Friday, December 09, 2011

Friday Flotsam - Fraudsters, Hypocrites, Liars and Politicians. But I repeat myself.

Time once again for the Dividist to stroll down our metaphorical beach and take note of the detritus that has washed ashore and cluttered this little island of rationality in the great big blogospheric ocean.

Much of what attracted our attention this week were items that have washed ashore here before. Again and again and again. The Dividist simply does not have the arm strength to throw this garbage far enough into the sea to keep it from washing back on our beach. Pity.

ITEM - "Will No One Rid Me Of This Meddlesome Priest Just Fix It?"
The Dividist has been covering "The Case Of The Missing Billion." since it was revealed that heretofore sacrosanct legally segregated client funds were apparently tapped to backstop Jon Corzine's ill-advised "bet the company" wagers at MF Global. Little noticed in his testimony to the Agricultural Committee on Wednesday was this tidbit that foreshadows some coming legal attractions, to whit - The Becket Defense. From Huffington Post:
"Lawmakers asked Corzine to lay out how he may have "unintentionally" contributed to the mixing of customer and firm money. He pointed to the chaos of the hours leading up to MF Global's bankruptcy filing on October 31. "Someone could misinterpret 'You gotta fix it,' which I said the evening of October 30th,'" Corzine said."
Yes, "You gotta fix it" could easily be misinterpreted to mean something like "Raid the client accounts if you have to, but get me the time to sell this piece of crap before the street figures out we're insolvent." That kind of misunderstanding happens all the time. Consider this innocent off-the-cuff remark by King Henry II, acted on by nearby knights in his employ, and the next thing he knew, through no fault of his own, he learns the Archbishop of Canterbury was lying in a pool of blood. These things happens.

Thursday, December 08, 2011

Corzine Agonistes

Credit where it is due. Jon Corzine has reappeared and is testifying before the House Agricultural Committee. He is not taking the 5th, as I'm sure his lawyers would prefer. It's being covered live on CNBC, and attracting blogospheric attention:
Corzine: ‘I Simply Do Not Know Where The Money Is’ — A contrite Jon S. Corzine will express both sorrow and a firm defense of his actions Thursday in his first public appearance since the collapse of MF Global Holdings Ltd. in late October. — “Recognizing the enormous impact...
While he is indeed testifying and answering questions, it does not mean that he is being forthcoming. His prepared testimony was previewed by the WSJ:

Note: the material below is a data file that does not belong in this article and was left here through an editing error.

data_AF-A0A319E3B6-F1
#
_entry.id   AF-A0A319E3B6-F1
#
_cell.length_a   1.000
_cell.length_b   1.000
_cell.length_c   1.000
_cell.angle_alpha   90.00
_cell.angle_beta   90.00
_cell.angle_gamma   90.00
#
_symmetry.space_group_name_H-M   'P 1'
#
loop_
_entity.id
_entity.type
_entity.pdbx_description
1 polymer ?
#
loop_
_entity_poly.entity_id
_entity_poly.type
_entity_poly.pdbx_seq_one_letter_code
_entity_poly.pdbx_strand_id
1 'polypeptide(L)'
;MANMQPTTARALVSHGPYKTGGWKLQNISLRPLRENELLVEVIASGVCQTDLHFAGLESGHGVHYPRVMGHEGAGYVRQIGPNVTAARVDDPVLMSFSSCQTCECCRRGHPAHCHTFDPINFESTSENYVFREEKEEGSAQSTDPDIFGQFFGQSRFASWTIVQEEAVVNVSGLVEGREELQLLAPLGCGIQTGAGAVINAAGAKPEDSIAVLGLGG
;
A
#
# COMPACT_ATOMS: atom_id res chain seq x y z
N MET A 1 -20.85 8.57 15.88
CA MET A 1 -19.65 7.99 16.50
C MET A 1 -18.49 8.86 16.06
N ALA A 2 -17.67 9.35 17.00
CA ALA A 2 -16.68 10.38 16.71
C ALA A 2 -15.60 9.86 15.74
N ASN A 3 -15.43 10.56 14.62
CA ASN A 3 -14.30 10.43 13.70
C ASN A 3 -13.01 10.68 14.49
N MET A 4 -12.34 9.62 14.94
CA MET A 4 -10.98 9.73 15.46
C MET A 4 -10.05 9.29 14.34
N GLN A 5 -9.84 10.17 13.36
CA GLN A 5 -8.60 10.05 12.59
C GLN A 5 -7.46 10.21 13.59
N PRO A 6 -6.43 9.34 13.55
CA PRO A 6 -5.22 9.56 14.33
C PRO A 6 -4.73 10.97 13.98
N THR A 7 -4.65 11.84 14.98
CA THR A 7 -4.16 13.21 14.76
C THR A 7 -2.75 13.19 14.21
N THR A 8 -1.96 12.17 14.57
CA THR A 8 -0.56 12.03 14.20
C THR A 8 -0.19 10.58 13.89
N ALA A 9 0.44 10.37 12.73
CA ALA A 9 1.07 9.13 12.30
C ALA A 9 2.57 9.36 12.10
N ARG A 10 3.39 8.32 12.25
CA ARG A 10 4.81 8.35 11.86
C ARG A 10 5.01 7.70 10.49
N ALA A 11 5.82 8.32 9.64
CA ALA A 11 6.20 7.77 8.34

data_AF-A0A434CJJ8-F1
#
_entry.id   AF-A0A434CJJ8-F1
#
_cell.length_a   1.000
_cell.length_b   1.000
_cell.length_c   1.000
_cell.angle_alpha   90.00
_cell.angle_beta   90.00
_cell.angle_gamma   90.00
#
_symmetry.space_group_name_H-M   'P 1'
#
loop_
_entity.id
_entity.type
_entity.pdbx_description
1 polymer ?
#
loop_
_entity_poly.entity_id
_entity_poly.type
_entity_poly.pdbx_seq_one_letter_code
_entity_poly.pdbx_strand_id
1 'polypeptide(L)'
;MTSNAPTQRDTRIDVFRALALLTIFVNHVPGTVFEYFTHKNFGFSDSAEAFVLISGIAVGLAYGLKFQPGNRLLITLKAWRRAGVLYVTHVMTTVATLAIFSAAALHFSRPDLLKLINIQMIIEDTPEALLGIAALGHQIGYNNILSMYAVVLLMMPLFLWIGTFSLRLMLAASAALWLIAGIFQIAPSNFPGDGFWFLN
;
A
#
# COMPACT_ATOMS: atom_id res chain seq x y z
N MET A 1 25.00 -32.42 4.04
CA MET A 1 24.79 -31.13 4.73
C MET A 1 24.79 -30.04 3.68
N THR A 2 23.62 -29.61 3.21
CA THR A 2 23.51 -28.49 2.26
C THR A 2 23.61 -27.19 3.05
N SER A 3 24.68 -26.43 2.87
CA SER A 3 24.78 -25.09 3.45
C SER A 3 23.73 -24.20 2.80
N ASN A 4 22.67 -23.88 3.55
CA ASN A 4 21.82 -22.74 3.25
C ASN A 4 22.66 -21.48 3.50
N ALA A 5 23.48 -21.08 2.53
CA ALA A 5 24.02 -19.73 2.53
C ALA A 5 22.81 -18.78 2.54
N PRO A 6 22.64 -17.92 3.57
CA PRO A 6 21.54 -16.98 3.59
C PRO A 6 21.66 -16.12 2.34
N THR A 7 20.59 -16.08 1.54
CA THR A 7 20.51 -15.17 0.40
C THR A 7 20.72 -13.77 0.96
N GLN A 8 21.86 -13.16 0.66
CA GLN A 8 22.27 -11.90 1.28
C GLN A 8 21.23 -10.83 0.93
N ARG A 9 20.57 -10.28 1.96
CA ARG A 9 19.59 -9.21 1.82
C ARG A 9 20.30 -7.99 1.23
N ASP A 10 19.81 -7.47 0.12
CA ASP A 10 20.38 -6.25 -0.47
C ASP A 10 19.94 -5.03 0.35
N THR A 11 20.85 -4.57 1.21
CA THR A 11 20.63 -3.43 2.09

"Much of the day's testimony is likely to focus on a significant shortfall in customer funds at MF Global. As Mr. Corzine scrambled to stabilize the firm in its last days, it was discovered that hundreds of millions of dollars were missing in customer accounts.

The trustee overseeing MF Global's liquidation estimates the amount at $1.2 billion. Mr. Corzine will say in his testimony that he had little to do with the mechanics of moving customer cash and collateral and that he was "stunned" when he learned on Oct. 30 that the money was missing.

"I simply do not know where the money is..."
This last is almost certainly true. The money was lost in highly leveraged, high risk trades that Corzine authorized as CEO, and he truthfully doesn't know who has the money now. But - he is disingenuously answering an irrelevant question.

The real question is not where the money is now, the real question is: How was segregated client accounts illegally mixed with MF Global trading accounts, and who authorized client accounts to be tapped for this purpose? The answer to that question points to a culprit in criminal negligence or fraud.

In the early going, Corzine was asked the relevant question whether he authorized the transfer of segregated client funds. CNBC:
"Questioned directly about the transactions leading to over $1 billion in missing client funds, Corzine could not offer clarification."I never intended to break any rules. I'm not in a position given the number of transactions to know about the movement of any specific funds. I certainly would never intend to have segregated funds moved," said Corzine."
Well. There you go. It wasn't his intent. Isn't that special? Maybe he authorized it. Maybe he didn't. But it wasn't his intent. How convenient. I wonder - who did intend for a billion or so of client funds to be moved? Could it be... SATAN???

Divided and Balanced.™
Now that is fair.

Thursday, December 01, 2011

CFTC Chairman Gary Gensler to Senate Committee: "Jon who? MF Global What?? Are you talking to me?"

In "The Case of the Missing Client Money" at bankrupt MF Global, the relationship between regulator and the regulated is again coming to the fore. Obama administration appointee Gary Gensler – Chairman of the Commodity Futures Trading Commission - recused himself from participating in the investigation of MF Global because of his close ties to CEO Jon Corzine. Fine and good. But he did not recuse himself from meeting with Corzine about potential CFTC rule changes on segregated client accounts earlier this year. You know - the same rules that would have governed use of the very funds that are now missing from the bankrupt MF firm.